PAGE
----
1. Nick: That’s interesting! While I think we can sell games to many more people through distribution, it has been interesting to see the number of people (a few thousand) who prefer to buy directly from us, both via preorders and the Champion program.

  5. I’ve worked with a large retailer that categorizes gift ideas by personality type, and it seems to be a pretty effective way to communicate the value proposition of an item without knowing much about the end recipient. The funny part was that they had 2-3 different gift categories for women, whereas guys would all be lumped together in one category ¯\_(ツ)_/¯

    Despite that, I’d think that approach would work fairly well for gamers as well, because most people will generally know what they like, or what types of games they could stretch and grow into.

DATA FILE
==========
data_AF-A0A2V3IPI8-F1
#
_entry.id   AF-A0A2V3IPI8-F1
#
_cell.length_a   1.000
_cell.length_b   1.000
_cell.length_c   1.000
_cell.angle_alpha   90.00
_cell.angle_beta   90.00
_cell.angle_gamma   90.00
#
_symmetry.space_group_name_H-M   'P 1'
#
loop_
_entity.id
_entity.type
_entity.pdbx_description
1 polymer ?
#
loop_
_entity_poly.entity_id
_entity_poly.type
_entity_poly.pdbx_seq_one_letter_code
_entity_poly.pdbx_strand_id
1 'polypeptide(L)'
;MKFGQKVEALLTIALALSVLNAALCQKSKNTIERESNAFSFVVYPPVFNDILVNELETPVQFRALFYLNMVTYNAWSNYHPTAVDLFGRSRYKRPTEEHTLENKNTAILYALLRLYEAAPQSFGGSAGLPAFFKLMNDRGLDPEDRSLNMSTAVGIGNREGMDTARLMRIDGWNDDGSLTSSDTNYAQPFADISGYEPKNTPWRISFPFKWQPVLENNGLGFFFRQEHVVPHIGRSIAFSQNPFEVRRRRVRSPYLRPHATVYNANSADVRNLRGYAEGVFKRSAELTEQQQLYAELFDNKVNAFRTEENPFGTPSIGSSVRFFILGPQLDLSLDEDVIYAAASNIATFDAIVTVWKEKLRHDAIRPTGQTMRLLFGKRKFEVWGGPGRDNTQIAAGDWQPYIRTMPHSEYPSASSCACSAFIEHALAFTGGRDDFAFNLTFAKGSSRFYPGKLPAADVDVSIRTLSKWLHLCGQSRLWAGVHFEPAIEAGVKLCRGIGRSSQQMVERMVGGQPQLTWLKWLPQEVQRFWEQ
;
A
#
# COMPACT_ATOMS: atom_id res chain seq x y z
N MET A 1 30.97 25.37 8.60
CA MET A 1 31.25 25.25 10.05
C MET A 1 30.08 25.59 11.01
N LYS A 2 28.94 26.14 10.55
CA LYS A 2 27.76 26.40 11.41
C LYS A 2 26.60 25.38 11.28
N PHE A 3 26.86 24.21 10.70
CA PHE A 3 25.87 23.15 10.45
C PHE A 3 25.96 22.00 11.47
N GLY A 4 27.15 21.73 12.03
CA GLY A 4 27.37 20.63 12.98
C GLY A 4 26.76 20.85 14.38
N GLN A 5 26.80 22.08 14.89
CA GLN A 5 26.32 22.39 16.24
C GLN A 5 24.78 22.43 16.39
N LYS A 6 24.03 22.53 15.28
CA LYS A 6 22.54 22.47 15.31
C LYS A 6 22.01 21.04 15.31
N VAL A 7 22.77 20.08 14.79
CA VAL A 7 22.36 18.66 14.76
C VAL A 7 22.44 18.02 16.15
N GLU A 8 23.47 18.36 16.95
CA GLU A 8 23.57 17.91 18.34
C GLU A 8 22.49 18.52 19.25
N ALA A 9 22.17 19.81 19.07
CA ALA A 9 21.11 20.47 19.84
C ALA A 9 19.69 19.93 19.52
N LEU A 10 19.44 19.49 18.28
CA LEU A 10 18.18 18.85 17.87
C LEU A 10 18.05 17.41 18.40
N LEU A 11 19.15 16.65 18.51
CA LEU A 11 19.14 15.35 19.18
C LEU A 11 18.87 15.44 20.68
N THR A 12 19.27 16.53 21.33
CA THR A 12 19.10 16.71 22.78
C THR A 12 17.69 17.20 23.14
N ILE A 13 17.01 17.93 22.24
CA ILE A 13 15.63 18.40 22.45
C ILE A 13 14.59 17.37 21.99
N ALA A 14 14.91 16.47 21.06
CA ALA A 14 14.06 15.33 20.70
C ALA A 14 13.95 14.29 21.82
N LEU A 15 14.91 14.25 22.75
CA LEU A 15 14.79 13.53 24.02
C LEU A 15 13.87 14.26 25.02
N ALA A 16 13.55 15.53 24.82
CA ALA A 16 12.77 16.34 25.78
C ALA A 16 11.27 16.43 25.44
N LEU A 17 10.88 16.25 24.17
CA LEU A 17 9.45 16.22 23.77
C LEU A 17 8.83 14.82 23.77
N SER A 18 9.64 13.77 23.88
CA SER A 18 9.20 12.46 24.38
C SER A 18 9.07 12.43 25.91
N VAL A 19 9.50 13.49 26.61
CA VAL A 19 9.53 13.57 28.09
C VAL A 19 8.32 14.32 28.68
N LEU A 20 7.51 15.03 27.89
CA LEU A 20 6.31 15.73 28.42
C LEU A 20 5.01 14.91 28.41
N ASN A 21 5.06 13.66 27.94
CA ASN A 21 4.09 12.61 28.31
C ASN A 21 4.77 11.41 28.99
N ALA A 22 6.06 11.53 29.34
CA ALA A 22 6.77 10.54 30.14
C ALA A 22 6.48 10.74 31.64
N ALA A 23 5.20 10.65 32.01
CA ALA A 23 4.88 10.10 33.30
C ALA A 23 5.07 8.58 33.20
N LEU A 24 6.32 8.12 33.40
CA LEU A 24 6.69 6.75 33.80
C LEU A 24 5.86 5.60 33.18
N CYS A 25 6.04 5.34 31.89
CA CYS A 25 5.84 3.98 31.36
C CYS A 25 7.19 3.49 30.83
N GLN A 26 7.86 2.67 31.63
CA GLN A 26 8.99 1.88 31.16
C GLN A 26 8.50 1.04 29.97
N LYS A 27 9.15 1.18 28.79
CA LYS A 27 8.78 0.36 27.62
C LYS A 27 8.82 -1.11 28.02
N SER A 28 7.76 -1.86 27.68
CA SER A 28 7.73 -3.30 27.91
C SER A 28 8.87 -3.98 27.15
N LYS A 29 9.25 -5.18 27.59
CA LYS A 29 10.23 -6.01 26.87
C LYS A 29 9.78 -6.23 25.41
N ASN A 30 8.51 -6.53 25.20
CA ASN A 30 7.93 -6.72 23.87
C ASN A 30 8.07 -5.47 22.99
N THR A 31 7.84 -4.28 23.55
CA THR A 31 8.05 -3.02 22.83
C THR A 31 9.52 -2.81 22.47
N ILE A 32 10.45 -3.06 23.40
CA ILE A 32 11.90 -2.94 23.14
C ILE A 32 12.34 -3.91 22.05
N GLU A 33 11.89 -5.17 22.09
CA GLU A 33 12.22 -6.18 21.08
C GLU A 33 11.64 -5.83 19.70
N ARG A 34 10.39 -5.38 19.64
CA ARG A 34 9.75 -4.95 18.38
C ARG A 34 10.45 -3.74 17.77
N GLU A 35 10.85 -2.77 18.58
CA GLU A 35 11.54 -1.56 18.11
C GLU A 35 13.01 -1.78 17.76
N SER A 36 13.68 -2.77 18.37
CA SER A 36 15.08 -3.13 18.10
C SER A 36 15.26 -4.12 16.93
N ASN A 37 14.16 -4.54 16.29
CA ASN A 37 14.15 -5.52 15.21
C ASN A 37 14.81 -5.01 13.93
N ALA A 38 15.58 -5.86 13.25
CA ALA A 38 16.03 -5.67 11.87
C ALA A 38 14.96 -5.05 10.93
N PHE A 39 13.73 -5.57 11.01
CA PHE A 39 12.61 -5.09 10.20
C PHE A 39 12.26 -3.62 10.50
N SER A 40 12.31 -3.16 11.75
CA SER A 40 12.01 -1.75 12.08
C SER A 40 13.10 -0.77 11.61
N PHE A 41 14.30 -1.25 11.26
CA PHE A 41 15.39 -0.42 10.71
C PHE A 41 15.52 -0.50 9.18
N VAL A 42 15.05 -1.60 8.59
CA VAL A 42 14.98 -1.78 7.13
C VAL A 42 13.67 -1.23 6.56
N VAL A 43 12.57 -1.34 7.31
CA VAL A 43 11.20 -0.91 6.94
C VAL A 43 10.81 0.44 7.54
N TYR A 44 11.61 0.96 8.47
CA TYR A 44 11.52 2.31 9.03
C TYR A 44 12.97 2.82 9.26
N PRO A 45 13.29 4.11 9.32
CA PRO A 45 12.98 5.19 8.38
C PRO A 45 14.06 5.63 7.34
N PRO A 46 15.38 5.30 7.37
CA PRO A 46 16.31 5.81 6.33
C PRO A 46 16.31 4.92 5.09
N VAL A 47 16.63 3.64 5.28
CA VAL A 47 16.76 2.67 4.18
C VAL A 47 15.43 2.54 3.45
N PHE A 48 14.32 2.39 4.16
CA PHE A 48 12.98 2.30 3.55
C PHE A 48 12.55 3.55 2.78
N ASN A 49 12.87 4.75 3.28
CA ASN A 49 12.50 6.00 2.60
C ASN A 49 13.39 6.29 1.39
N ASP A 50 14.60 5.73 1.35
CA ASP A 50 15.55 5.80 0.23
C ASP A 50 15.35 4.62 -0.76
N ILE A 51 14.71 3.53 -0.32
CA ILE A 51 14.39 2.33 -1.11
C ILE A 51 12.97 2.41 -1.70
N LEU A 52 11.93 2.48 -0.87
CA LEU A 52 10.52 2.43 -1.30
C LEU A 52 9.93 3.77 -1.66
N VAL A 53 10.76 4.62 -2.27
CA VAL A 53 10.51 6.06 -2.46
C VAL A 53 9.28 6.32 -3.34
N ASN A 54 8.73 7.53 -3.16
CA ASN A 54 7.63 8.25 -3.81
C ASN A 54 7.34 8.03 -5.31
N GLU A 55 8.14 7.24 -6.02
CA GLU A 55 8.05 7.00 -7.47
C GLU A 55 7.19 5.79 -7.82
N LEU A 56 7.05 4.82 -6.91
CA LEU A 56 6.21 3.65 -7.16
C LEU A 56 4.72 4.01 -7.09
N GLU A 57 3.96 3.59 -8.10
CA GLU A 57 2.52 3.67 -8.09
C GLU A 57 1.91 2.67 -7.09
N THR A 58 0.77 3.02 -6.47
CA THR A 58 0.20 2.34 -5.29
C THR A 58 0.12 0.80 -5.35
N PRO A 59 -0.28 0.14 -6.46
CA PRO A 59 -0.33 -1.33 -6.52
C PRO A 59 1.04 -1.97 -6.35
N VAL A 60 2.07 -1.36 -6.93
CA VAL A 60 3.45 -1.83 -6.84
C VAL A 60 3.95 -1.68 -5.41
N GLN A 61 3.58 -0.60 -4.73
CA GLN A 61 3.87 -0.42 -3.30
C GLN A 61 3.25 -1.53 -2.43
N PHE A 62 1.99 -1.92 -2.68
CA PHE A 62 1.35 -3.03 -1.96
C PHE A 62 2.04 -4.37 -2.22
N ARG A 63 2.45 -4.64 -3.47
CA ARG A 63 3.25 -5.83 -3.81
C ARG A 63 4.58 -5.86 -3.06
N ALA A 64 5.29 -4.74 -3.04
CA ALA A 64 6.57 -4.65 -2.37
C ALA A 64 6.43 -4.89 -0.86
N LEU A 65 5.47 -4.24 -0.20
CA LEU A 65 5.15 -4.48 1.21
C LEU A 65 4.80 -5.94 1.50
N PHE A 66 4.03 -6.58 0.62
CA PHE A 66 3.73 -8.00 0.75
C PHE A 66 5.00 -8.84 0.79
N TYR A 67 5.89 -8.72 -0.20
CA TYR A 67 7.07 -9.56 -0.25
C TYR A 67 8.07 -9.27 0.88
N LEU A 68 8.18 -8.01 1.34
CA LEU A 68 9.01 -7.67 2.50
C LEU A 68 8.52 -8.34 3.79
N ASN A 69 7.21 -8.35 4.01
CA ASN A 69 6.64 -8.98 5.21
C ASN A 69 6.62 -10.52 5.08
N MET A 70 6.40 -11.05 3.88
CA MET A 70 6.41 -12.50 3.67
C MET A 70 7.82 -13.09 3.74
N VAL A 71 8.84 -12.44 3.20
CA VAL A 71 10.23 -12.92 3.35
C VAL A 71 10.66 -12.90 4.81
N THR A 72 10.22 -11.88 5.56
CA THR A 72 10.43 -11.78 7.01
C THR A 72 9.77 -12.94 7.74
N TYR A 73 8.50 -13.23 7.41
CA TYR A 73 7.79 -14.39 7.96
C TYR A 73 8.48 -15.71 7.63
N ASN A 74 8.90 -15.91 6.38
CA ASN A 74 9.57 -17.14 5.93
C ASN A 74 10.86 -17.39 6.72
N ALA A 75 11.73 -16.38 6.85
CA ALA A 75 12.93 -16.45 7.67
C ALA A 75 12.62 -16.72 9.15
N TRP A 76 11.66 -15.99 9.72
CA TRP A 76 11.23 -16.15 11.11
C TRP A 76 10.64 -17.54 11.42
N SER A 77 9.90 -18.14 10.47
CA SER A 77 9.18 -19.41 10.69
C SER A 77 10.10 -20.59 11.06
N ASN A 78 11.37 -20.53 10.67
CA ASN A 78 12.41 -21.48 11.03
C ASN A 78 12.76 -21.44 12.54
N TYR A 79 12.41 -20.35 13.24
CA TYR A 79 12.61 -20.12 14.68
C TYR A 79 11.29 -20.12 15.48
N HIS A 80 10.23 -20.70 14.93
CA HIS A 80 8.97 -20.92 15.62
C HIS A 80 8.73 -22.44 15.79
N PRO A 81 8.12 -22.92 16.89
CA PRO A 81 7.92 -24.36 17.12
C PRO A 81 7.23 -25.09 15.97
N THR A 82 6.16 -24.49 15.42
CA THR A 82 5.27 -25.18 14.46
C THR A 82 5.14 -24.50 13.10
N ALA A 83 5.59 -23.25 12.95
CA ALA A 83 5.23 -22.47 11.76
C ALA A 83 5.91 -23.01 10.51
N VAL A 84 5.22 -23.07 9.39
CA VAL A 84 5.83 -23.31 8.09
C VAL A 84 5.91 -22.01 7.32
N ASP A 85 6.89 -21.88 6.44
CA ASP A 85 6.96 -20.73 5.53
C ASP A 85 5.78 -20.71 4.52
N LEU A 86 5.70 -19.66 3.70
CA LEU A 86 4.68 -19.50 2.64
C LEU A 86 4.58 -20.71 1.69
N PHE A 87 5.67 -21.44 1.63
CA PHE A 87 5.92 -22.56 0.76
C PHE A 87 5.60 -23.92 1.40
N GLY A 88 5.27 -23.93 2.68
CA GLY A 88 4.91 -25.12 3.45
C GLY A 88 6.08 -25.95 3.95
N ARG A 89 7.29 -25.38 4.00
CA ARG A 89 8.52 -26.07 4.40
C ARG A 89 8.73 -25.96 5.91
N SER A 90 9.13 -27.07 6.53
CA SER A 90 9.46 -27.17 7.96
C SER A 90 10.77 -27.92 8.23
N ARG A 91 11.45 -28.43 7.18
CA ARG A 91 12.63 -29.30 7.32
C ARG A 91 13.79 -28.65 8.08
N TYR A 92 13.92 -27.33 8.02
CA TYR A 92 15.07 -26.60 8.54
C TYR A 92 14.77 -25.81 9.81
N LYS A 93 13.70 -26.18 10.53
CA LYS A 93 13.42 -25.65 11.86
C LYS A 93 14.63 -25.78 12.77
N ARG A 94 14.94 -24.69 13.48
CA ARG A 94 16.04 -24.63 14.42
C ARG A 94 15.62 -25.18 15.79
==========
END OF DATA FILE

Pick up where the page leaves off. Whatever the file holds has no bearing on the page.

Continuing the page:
6. I like this. It’s like wine pairing with cheese. I wish St. Louis has a store like that. It would be my home away from home.

    I think as your company grows, it’s good to have your games categorized like your blog posts so people can find what they desire faster and more accurate. Heck, your site can ask your visitors questions like OKcupid and match them with a game.

    Do you like friendship? If yes, link them to My Little Sycthe.

    1. The interesting thing to me is that for a coffee shop, it doesn’t even seem that difficult to implement (though I say that as someone who has only worked in coffee shops, not restaurants specifically).

      I like the OkCupid-style match idea!